Skip to comments.2013's Best and Most Beautiful Photos of the Universe
Posted on 12/23/2013 11:57:19 AM PST by lbryce
I love astronomy. I have my whole life. Part of that is the wonder and awe it generates, learning about the Universe and our place in it.
But of course, there is great beauty in the skies as well. From our nearest neighbors to the most distant galaxies, the cosmos is a wonder to behold. Every year I collect my favorite pictureschosen both for their beauty and their importance to scienceand put them together in a gallery to delight your brain (youll find links to previous galleries at the end of this article). Picking only a few is always a herculean task, but I hope the ones on this list affect you the same way they did me.
(Excerpt) Read more at slate.com ...
Make sure you click on the "Higher-resolution Photo Original Blog Post" link that accompanies each image.
Nah, didn't you hear? It's just a random collection of "stuff".
God breathed the stars into the heavens. It was a simple task for Him. Our sun is a speck in the sky compared to the stars Betelgeuse and Canis Majoris. We cannot wrap our heads around how big He is!!!
The universe is one beautiful place. By the way whenever I see your post I’m thinking Bryce Fractals which are really cool and remind me of astronomical pictures.
ping ping ping
The original photo shows a star about to go nova...so the huge nebula of gas and dust would have been obliterated by now.
Aren’t most of those beautiful “pictures” actually false color?
I actually posted an article within the last few months that addresses the really strange aspect of how the “pillars of creation” as they were called had already vanished when at the very moment we were first being astounded by it all. The huge distances involved and the limitations on the speed in which light can travel created the strange set of circumstances of what we were observing at the moment was not even there anymore.
Yes, I believe so.
Actually EVERYTHING you see is how it used to look. Some of it looks like it did a fraction of a second ago and in the case of the Eagle Nebula what we see happened about 7000 years ago. I’m in awe every time I look into the night sky and realize I’m looking back in time! We’ll never know what the universe currently looks like because the scale only allows us to see what it did look like. Truly mind boggling.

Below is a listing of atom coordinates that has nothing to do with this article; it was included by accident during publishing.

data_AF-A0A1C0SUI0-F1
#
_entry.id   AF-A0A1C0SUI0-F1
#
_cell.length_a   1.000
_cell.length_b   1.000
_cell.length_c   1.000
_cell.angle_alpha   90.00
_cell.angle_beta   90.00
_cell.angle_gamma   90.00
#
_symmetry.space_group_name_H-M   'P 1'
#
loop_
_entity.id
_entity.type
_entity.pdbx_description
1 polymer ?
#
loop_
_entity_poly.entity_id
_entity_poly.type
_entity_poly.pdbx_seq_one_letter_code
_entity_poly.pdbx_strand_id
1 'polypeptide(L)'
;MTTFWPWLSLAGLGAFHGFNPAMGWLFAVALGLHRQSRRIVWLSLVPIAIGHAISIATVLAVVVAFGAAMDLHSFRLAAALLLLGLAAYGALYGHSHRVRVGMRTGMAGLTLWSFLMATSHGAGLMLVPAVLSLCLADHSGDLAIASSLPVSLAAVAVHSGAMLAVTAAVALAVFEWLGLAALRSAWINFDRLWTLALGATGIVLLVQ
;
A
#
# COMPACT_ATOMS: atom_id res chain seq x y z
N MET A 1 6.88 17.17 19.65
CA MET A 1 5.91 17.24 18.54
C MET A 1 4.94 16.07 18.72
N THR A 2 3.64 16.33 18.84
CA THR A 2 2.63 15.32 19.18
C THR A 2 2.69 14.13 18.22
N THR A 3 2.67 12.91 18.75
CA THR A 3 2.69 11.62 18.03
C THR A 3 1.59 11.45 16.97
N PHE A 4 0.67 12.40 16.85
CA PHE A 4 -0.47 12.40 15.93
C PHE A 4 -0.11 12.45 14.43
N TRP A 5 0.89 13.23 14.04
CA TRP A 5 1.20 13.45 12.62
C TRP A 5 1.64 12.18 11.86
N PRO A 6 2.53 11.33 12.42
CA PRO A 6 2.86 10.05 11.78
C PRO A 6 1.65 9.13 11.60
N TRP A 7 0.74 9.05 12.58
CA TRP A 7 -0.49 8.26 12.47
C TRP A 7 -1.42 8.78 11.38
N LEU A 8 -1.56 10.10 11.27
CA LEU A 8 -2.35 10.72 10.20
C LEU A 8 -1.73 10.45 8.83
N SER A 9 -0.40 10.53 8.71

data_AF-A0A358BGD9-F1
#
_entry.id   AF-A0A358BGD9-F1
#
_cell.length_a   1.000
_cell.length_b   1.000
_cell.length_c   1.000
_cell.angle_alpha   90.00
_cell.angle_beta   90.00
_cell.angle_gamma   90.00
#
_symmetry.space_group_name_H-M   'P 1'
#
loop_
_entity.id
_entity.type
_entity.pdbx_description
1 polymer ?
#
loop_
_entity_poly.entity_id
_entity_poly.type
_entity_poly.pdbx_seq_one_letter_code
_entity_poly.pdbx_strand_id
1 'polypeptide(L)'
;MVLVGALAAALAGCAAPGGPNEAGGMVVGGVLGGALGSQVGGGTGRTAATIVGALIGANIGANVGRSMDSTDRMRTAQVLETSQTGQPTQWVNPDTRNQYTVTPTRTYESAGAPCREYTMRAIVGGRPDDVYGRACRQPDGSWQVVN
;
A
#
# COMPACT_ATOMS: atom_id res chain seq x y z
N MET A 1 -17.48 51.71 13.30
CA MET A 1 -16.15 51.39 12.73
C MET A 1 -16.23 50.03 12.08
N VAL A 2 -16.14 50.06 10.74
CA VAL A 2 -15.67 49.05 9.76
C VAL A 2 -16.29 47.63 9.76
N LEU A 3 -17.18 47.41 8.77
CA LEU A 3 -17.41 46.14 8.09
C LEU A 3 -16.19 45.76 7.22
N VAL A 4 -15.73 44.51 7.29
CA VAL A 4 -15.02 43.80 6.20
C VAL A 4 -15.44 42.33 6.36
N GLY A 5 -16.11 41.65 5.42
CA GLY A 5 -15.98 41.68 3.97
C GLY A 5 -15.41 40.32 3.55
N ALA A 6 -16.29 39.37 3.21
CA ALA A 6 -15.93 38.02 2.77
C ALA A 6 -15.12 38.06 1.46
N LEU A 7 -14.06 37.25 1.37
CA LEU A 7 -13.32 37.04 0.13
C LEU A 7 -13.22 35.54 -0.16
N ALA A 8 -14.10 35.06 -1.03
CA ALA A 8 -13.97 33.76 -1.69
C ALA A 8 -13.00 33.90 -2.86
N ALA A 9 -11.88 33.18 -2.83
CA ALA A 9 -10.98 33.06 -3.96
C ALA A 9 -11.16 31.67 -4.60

And of course those "some" things would be anything within 186,000 miles, as that is how far light travels in a second. It takes light about 1-1/4 seconds to get to us from the moon. Of the 8 planets, Venus gets the closest at 23-25 million miles (when it is between the Sun and Earth). That's about 2 light minutes. The nearest star, outside of the Sun, is about 50 trillion miles, or 4-1/3 light years away. The Sun, at around 93 million miles, is 8 light minutes from Earth.
Each color of light represents a specific frequency of the electromagnetic spectrum. In some of these cases the color is real but intensified to allow us to see them, as they are impossibly faint to the naked eye or even through a telescope. In other cases, totally false colors must be added in order to display any image at all. This is usually when the image is in frequencies other than normal optical light. Frequencies such as Radio, Ultraviolet, Infrared, Gamma, etc.